"We don't want them in the final bill," said Sen. Ben Cardin, D-Md., during a conference call with reporters Wednesday, referring to provisions in House-passed legislation that would prolong the two-year federal pay freeze through 2013 and would increase the amount government workers contribute to their pensions. The House on Tuesday approved the bill that finances the payroll tax holiday partly through the extended salary freeze and higher rates of contributions from feds toward their retirement benefits.
The House bill also would freeze lawmakers' pay through 2013 and require members of Congress to contribute more to their pensions.
Cardin joined Maryland Democratic Rep. Chris Van Hollen and Virginia Democratic Reps. Gerry Connolly and Jim Moran during the briefing, which the National Active and Retired Federal Employees Association coordinated. Connolly said the proposals targeting federal pay and benefits in the House payroll tax cut extension bill do "damage to the whole concept of civil service." Another area lawmaker, Rep. Frank Wolf, R-Va., was not on the conference call but he voted against the House payroll tax cut extension bill in part because of the provisions related to federal pay and benefits.
Senate Minority Leader Mitch McConnell, R-Ky., on Wednesday blocked a move by Senate Majority Leader Harry Reid, D-Nev., to force a vote on the House bill. Senate Democrats repeatedly have said the legislation won't pass that chamber and wanted to vote on it quickly. Democrats are trying to link the fate of a payroll tax cut extension to an omnibus spending bill that would keep the government running after Dec. 16. President Obama is adamant that both chambers agree on a payroll tax cut deal before they leave for the year. The House and Senate are close to an agreement on the spending bill, so the politics of the payroll tax extender package have prompted speculation over another possible government shutdown. Both chambers likely will work during the weekend and into next week to resolve the debate over the payroll tax cut extension; Congress also must pass another short-term continuing resolution to keep the government open after Friday.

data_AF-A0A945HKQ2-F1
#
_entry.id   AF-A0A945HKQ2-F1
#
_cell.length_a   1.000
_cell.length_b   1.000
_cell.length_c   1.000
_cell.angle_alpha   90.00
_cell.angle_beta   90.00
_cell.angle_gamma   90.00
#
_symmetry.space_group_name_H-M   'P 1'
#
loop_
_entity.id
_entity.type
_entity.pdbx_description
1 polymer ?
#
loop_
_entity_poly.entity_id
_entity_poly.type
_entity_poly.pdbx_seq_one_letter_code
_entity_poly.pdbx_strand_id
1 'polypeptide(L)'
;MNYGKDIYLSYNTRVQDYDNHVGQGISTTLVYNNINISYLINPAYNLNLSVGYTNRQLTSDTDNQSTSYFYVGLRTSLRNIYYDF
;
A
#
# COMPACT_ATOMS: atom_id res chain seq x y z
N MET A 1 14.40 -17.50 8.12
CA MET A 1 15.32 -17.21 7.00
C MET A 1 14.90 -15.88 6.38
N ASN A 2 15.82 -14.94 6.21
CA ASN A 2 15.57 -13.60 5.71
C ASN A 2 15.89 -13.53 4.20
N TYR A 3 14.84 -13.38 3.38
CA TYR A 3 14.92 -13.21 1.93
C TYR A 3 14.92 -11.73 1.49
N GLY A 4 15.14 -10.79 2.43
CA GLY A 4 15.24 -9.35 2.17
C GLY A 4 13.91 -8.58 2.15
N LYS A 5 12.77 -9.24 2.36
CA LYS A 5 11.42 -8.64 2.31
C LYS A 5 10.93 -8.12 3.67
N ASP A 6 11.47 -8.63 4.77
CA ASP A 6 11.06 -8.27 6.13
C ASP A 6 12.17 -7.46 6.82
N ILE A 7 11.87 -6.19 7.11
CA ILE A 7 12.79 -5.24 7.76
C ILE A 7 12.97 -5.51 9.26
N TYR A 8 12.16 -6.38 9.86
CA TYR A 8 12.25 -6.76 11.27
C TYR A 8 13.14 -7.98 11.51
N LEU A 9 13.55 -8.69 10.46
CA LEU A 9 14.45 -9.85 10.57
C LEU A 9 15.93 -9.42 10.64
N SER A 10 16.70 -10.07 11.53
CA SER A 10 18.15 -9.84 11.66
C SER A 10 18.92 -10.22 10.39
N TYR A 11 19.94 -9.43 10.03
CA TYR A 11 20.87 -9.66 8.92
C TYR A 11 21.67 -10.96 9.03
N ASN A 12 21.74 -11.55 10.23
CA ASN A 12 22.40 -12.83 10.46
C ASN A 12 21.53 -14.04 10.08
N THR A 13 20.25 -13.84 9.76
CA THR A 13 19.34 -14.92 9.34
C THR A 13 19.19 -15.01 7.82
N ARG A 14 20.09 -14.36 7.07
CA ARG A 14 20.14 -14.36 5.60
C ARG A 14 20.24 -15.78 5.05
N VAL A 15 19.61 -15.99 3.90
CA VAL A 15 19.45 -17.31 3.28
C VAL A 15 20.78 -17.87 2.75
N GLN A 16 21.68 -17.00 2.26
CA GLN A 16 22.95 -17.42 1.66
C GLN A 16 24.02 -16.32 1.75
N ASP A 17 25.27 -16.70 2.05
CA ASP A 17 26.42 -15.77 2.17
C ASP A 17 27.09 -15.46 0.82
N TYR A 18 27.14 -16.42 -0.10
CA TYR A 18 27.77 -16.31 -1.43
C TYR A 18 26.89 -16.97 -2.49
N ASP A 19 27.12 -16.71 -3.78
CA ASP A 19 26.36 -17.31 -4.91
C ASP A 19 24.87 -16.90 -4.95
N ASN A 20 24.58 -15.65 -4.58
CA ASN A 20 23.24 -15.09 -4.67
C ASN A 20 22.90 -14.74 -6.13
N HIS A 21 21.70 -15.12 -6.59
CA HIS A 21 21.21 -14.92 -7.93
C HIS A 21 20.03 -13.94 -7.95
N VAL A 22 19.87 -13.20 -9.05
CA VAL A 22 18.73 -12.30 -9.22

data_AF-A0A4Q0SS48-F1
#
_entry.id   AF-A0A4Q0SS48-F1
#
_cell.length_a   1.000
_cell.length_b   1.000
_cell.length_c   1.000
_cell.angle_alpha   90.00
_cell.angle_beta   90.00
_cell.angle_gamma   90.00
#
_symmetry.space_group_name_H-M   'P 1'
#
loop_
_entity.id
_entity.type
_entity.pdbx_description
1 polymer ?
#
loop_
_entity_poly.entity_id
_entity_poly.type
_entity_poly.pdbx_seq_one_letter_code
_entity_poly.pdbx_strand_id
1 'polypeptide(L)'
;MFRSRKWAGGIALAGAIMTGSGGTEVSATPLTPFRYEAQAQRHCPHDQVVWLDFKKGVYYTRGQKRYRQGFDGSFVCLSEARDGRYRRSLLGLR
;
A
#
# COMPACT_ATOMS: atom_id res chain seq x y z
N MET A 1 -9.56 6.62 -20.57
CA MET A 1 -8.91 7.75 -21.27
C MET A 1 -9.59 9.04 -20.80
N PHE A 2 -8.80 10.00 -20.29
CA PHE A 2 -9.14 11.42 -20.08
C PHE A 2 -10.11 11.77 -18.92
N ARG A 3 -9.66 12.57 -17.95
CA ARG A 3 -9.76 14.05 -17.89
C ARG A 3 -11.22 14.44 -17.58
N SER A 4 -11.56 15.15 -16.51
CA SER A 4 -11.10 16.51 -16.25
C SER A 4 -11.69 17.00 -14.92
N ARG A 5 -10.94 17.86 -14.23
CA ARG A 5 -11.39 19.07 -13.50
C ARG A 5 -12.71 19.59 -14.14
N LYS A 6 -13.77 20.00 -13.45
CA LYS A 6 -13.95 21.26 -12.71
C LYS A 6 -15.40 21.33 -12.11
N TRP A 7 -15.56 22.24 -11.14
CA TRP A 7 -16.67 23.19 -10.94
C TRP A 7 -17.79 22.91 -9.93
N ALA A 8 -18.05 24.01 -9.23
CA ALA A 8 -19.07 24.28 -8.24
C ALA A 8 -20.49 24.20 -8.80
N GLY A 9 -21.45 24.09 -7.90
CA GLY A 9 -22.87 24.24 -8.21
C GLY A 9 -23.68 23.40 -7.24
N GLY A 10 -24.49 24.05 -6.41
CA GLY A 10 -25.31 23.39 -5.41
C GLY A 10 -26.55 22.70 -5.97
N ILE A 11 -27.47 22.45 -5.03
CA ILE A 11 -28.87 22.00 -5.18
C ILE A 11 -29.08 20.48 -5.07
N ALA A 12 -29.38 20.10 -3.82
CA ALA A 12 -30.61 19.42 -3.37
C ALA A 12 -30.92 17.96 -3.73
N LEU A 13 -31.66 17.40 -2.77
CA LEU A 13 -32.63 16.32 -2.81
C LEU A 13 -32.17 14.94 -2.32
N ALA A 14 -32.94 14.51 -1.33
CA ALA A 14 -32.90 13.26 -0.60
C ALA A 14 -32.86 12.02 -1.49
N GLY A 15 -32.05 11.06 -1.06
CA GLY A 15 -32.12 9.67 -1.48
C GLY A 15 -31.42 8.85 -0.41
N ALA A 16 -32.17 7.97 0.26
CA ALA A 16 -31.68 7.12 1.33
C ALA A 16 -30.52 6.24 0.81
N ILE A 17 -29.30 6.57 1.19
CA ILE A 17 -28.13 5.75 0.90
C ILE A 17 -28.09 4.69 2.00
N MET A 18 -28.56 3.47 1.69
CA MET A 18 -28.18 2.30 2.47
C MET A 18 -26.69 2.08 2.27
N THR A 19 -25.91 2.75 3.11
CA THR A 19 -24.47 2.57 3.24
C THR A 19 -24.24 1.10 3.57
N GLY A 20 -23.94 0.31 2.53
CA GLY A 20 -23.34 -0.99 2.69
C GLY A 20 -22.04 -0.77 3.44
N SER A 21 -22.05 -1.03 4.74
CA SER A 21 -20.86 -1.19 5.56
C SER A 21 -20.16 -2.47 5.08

Cardin said he is confident that Senate Democrats are opposed to additional measures requiring federal employees to sacrifice more in the name of deficit reduction. Last week Cardin, along with seven other Democrats, sent a letter to Reid urging him to oppose any proposals that call for a further federal pay freeze or government downsizing to finance a payroll tax cut extension.
The Obama administration, however, has not publicly stated any opposition to the provisions in the House-approved payroll tax cut extension plan that affect federal workers specifically. When asked whether he thought the administration at some point might recommend an extension of the current pay freeze, Cardin said he hoped not.
A federal employee who works for the Forest Service in Montana also participated in Wednesday's call, saying the current pay freeze has forced her to cut back on spending. "I am also considering retiring because it doesn't help my retirement anymore," said Jenny Votapka, a purchasing agent who solicits and awards contracts and is a GS-9, Step 10. In 2010, the base pay - not including locality pay - for an employee at that pay grade and step level was $54,028. The two-year federal pay freeze took effect in January 2011.
The proposals targeting federal pay and benefits and the anti-federal employee rhetoric have "really hurt," said Votapka, who choked up during the conference call. "We feel like we're punching bags and being beat up constantly," she said, adding that she "absolutely loves" her job.
Lawmakers on the conference call said federal employees should not be singled out in the effort to reduce the deficit or finance a payroll tax cut extension. "If we're going to have shared sacrifice, let's see who shares," Connolly said. The Virginia Democrat also emphasized the importance of talking outside the Beltway about the value of the federal workforce. "We need to get that narrative out there in every congressional district," he said.